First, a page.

Plus on the day both parties chose to announce a package of measures for the Armed Forces.......not before, or after, but on the emotive day. Not that these announcements could even remotely be viewed as a bit of political exploitation of course...

The lack of poppies has been mentioned. What hasn't been mentioned is the very recent adornment of poppies on lampposts, telegraph poles, in fact anywhere they can be located .......such displays need no clarification as to what they represent......... and why.

Incidentally, the slip road from the A38, to the A513 and thereafter from the mini roundabout turning left was gridlocked yesterday morning......

Last edited by Krystal n chips; 11th Nov 2019 at 07:23.
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Old 11th Nov 2019, 07:14
  #28 (permalink)  
 
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........... I can remember when almost every shop in the High Street had a box by the till.
Probably fed up with them getting stolen ?

NZ wears sells / wears poppies on Anzac Day, April 25th. the local equivalent, which is getting more and more attended by "younger generations", often wearing Grandads medals. I wore my poppy today anyway - and was asked why ! I told them.
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Old 11th Nov 2019, 08:48
  #29 (permalink)  
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Originally Posted by Douglas Bahada View Post
. In my mind most of the population of the UK do not have any connection with the military .
With the contraction of the military their presence, day to day, and public awareness of them is low. There are indeed many whose forebears were not involved in WW2. Of my father's forebears none were involved in WW1 and as a merchant seaman he was the only one of his generation involved in WW2.

On my maternal side only my mother was not involved in WW2, all her uncles and father were in WW1.

Taking my maternal thread, there has been someone in the military from 1898 until today.

A genealogical lottery.
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Old 11th Nov 2019, 08:56
  #30 (permalink)  
 
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I was in Waitrose this afternoon - in the check-out queue I looked to see how many were wearing poppies - there were none - not a single one and I thought; "You F*ckers". I have seen so few being worn this year generally when out and about.
That is very true, the wearing of poppies is becoming less and less prevalent every year. The media peddles picture of pretty well the entire population wearing poppies, you'd think there was an edict within our broadcast media that everyone appearing in front of the camera must wear one, even if some of them are so small you need a 50" screen to see them, however in reality there is a minority that do.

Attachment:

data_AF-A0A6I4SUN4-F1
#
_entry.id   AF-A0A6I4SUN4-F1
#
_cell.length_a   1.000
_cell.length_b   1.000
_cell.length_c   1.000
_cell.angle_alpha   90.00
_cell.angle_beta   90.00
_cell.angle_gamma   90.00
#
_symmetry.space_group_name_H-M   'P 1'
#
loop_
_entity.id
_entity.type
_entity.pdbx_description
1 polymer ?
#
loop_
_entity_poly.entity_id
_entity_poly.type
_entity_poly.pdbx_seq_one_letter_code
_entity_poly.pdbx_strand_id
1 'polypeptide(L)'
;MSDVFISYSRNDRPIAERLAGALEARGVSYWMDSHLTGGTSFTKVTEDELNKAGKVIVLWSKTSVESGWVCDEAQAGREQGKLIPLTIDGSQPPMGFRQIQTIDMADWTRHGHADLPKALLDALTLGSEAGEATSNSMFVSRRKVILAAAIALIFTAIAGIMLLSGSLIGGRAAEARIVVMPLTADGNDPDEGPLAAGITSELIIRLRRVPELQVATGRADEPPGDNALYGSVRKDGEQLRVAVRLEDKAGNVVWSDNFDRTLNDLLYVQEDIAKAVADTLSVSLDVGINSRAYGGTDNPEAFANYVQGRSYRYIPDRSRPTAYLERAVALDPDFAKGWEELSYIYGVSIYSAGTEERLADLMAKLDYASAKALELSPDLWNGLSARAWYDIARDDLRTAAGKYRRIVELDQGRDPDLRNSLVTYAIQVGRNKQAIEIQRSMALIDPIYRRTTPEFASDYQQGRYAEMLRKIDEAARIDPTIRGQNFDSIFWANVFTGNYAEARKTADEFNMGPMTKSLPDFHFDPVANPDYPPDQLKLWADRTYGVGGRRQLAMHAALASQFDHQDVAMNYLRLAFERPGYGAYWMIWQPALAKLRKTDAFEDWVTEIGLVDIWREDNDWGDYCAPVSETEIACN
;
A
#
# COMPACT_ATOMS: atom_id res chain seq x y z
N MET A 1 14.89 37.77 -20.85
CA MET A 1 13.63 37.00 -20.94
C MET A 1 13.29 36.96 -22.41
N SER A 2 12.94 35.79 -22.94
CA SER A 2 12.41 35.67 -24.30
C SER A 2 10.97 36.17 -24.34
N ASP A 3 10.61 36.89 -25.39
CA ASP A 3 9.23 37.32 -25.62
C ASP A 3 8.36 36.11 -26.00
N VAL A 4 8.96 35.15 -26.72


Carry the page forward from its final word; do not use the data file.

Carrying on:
When it comes to the two minutes silences (we don't need two, there should be one - on the 11th November at 11:00 - that should be a public holiday with all shops shut by law) the media would have you believe the whole country stops; it doesn't. The people who want to do, the people who feel they ought to through pressure of being where they are at the time (such as in a supermarket) do. The rest carry on as normal.

I have absolutely no problem with people who buy poppies, or those who don't; people who want to pause for 2 minutes, or those who don't. We live in a reasonably free country, and everyone should be allowed to behave as they wish, without being frowned upon by one "side" or the other.
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Old 11th Nov 2019, 08:57
  #31 (permalink)  
 
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Depends where people live as to how much contact they have with our armed forces. Where we live we have loads of military personnel, with some villages that have practically doubled in size in recent years, as the army have moved back to the UK from Germany. We also have strong reminders of WW1, from large regimental badges carved into the side of chalk downland to the recent closure of one of our earliest airfields, Old Sarum.

It's hard for people here not to feel a strong connection to the armed forces, as many will have a direct connection, either through family, or maybe because their business depends on them.
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Old 11th Nov 2019, 10:54
  #32 (permalink)  
 
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Off topic, I didn't know Old Sarum airfield had closed, I visited the Boscombe Down Aviation Collection (Highly recommended) a few months ago and there seemed to be an active flight school there.
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Old 11th Nov 2019, 11:15
  #33 (permalink)  
 
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Originally Posted by k3k3 View Post
Off topic, I didn't know Old Sarum airfield had closed, I visited the Boscombe Down Aviation Collection (Highly recommended) a few months ago and there seemed to be an active flight school there.
It's been struggling for a long time, but finally closed about a week or so ago: https://www.bbc.co.uk/news/uk-englan...shire-50247960
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Old 11th Nov 2019, 11:25
  #34 (permalink)  
 
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Good old BBC, with their left wing bias, saved BJ's blushes this morning. In an article about today being Armistice Day and the election focusing on The Forces, at around 7.30 and 8.30, they showed a short clip from the Cenotaph, with BJ laying his wreath, only it was from his time as Foreign Secretary!
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Old 11th Nov 2019, 22:06
  #35 (permalink)  
 
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Originally Posted by Krystal n chips View Post

I don't wear a poppy either, haven't done for years but always contribute and, like millions I would suggest, reflect privately and quietly.
Me too, I donít wear a poppy but do contribute. I reflect quietly at my fatherís graveside where I place one of those wooden crosses with a poppy on it.